Deutsche Tageszeitung - Filipina youth activist brings fight for climate finance justice to COP27

Filipina youth activist brings fight for climate finance justice to COP27

Filipina youth activist brings fight for climate finance justice to COP27
Filipina youth activist brings fight for climate finance justice to COP27 / Foto: © AFP

A fierce defender of climate voices from the world's developing countries, Mitzi Jonelle Tan has brought her call for climate justice to the COP27 summit in Egypt.

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It is the same fight she takes up daily in her native Philippines, where such activism can be dangerous work.

The 25-year-old sees first-hand the impacts of climate change on her homeland.

Tan's home city, Marikina, is regularly buffeted by typhoons and Manila, the capital, is threatened by rising sea levels. The acidification of the world's oceans could ruin the livelihood of millions of fishermen across the archipelagic nation.

But she also witnesses the repression of those struggling to push environmental causes, saying she was "illegally detained" when protesting against Filipino mining interests in 2018.

"The Philippines is one of the most dangerous countries in the world for environmental defenders and activists," Tan told AFP, peering through her signature round glasses.

"In the past 10 years, at least 270 defenders were killed," she added.

The British human rights group Global Witness estimates that of 200 environmental defenders killed worldwide in 2021, 19 lived in the Philippines.

"This is what happens when you threaten business as usual," Tan said, listing off on her ringed fingers the interests of "multinational companies, mining companies, and the military" that accuse activists like her of "terrorism."

- 'Fight back' -

Tan began her activism in 2017 after meeting an indigenous leader who related to her community's experiences of harassment, displacement and violence.

"That's why we have to fight back," she said.

Since then, she has been at the forefront of the fight for climate justice in her home country and beyond.

During her time at COP27, in the Egyptian resort town of Sharm el-Sheikh, along with moderating discussions and giving press interviews, Tan has led protests demanding the negotiators and world leaders sitting in the conference halls act more urgently for climate justice.

According to UNICEF's Thomas Sayers, "it is young people like Mitzi that give us hope for the future of this planet".

After founding Youth Advocates for Climate Action Philippines in 2019, Tan joined Greta Thunberg's international Fridays for Future (FFF) movement in 2020.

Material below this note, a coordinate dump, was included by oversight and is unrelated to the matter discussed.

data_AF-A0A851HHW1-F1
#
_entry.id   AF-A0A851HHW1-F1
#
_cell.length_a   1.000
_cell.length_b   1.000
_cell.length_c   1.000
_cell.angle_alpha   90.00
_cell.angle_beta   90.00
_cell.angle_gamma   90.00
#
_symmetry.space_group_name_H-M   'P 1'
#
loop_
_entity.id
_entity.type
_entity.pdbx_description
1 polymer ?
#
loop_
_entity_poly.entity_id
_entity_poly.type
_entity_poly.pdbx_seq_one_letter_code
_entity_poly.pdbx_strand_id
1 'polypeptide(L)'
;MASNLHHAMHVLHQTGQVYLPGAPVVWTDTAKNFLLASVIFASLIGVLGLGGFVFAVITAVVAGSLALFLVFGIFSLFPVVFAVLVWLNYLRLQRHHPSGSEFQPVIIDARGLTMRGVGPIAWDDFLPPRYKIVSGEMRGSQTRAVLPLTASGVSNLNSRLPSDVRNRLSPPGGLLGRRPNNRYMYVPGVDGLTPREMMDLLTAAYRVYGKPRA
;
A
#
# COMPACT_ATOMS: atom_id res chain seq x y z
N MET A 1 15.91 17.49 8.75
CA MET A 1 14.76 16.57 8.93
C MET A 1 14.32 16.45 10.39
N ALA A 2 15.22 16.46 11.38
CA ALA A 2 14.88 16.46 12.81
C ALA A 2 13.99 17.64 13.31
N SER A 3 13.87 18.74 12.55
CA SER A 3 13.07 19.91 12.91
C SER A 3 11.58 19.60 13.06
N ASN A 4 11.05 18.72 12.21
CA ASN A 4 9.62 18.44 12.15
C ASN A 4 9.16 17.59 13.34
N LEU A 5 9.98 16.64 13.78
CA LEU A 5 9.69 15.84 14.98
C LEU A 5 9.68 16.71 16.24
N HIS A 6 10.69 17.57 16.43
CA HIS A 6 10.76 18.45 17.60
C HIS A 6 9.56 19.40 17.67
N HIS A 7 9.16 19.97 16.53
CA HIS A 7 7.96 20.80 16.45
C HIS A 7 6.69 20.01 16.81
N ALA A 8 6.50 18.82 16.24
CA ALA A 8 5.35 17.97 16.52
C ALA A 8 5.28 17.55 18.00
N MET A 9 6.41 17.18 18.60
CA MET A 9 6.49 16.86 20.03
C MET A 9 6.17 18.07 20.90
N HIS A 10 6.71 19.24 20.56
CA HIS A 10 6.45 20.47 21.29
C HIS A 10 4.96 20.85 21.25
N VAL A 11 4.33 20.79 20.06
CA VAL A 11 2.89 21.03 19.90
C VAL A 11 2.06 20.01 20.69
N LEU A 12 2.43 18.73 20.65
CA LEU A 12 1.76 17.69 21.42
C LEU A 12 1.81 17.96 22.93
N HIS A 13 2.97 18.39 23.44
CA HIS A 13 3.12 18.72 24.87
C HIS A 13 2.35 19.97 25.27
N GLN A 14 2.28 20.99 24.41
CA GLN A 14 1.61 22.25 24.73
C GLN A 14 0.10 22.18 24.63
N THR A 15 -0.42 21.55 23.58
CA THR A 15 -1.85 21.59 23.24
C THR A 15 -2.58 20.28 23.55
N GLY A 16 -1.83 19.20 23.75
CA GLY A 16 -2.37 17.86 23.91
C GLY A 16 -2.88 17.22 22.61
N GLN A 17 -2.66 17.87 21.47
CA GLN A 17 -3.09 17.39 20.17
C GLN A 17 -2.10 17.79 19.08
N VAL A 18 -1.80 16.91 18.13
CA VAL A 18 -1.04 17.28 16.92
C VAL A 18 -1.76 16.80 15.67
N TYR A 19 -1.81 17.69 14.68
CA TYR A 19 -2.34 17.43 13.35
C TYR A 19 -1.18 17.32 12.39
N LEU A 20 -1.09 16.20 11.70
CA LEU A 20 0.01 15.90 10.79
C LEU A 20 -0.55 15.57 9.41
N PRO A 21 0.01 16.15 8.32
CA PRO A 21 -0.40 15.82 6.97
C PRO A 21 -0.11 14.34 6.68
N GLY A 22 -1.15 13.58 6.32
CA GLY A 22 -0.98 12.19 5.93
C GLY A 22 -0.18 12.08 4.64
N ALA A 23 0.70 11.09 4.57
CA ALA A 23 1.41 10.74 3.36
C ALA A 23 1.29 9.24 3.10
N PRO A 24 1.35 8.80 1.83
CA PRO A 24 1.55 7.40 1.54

At that point the Swedish activist had led student climate strikes for two years, since the age of 15.

The marches grew to bring hundreds of thousands of young people together, predominantly in wealthy nations -- Australia, Belgium, Canada, Germany and the United States -- rather than in developing countries.

Thunberg, a notable absentee from COP27 over concerns of greenwashing and restrictions on civil liberties in Egypt, said she was "handing over the megaphone" to those "most affected by the climate crisis".

- 'Priority to the planet' -

Within FFF, Tan helped create the "Most Affected People and Areas" sub-group.

According to an open letter to world leaders, the members campaign to link the climate crisis with global "systemic injustices".

"We must change the paradigm, move from a system that favours profit to one that gives priority to the planet and its inhabitants," she said, rejecting the current loans system for financing climate action.

According to the Organisation for Economic Co-operation and Development, 71 percent of all public climate finance in 2020 was sourced from loans.

"There is an analogy where you hit my car and I have to borrow money from you to fix it -- it doesn't make sense," she said, arguing that wealthy Global North countries "have a debt to pay" for climate change.

A natural with a megaphone, using succinct arguments punctuated by passionate gesturing with her tattooed arms, Tan has won over both her own and older generations.

"Mitzi brings with her the uniqueness of her generation," said compatriot and veteran environmental activist Ana Gabriela Celestial.

"She is a digital native, she is more creative, she is an influencer and an effective youth climate activist," she added.

"More and more young people are seeing their power," Tan said, insisting they "do not accept a world that is burning, sinking and drowning."